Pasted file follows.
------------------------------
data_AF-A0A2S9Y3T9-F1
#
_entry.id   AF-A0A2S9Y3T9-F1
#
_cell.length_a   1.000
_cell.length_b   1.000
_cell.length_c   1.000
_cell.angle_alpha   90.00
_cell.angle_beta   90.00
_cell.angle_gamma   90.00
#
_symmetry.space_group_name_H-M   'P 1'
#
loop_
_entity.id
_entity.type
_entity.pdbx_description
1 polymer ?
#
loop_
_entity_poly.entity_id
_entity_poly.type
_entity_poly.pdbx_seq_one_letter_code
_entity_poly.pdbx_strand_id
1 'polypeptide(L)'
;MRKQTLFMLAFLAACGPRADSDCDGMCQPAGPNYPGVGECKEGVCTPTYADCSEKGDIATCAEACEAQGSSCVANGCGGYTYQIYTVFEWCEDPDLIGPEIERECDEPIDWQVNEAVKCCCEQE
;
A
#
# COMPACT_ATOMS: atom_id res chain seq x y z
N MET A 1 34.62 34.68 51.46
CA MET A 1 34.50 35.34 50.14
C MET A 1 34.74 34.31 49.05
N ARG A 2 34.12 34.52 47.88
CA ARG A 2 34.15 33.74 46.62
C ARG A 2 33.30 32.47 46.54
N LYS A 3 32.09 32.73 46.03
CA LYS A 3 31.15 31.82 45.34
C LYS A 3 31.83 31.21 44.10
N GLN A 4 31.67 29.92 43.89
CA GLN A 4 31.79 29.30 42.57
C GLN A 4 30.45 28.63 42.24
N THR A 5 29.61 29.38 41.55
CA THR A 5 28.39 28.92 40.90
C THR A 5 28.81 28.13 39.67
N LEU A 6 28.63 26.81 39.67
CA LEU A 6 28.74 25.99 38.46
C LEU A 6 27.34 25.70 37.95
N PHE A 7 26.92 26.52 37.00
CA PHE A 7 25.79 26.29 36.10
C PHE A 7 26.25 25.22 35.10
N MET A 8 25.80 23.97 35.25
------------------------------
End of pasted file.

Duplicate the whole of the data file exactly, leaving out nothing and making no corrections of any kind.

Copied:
data_AF-A0A2S9Y3T9-F1
#
_entry.id   AF-A0A2S9Y3T9-F1
#
_cell.length_a   1.000
_cell.length_b   1.000
_cell.length_c   1.000
_cell.angle_alpha   90.00
_cell.angle_beta   90.00
_cell.angle_gamma   90.00
#
_symmetry.space_group_name_H-M   'P 1'
#
loop_
_entity.id
_entity.type
_entity.pdbx_description
1 polymer ?
#
loop_
_entity_poly.entity_id
_entity_poly.type
_entity_poly.pdbx_seq_one_letter_code
_entity_poly.pdbx_strand_id
1 'polypeptide(L)'
;MRKQTLFMLAFLAACGPRADSDCDGMCQPAGPNYPGVGECKEGVCTPTYADCSEKGDIATCAEACEAQGSSCVANGCGGYTYQIYTVFEWCEDPDLIGPEIERECDEPIDWQVNEAVKCCCEQE
;
A
#
# COMPACT_ATOMS: atom_id res chain seq x y z
N MET A 1 34.62 34.68 51.46
CA MET A 1 34.50 35.34 50.14
C MET A 1 34.74 34.31 49.05
N ARG A 2 34.12 34.52 47.88
CA ARG A 2 34.15 33.74 46.62
C ARG A 2 33.30 32.47 46.54
N LYS A 3 32.09 32.73 46.03
CA LYS A 3 31.15 31.82 45.34
C LYS A 3 31.83 31.21 44.10
N GLN A 4 31.67 29.92 43.89
CA GLN A 4 31.79 29.30 42.57
C GLN A 4 30.45 28.63 42.24
N THR A 5 29.61 29.38 41.55
CA THR A 5 28.39 28.92 40.90
C THR A 5 28.81 28.13 39.67
N LEU A 6 28.63 26.81 39.67
CA LEU A 6 28.74 25.99 38.46
C LEU A 6 27.34 25.70 37.95
N PHE A 7 26.92 26.52 37.00
CA PHE A 7 25.79 26.29 36.10
C PHE A 7 26.25 25.22 35.10
N MET A 8 25.80 23.97 35.25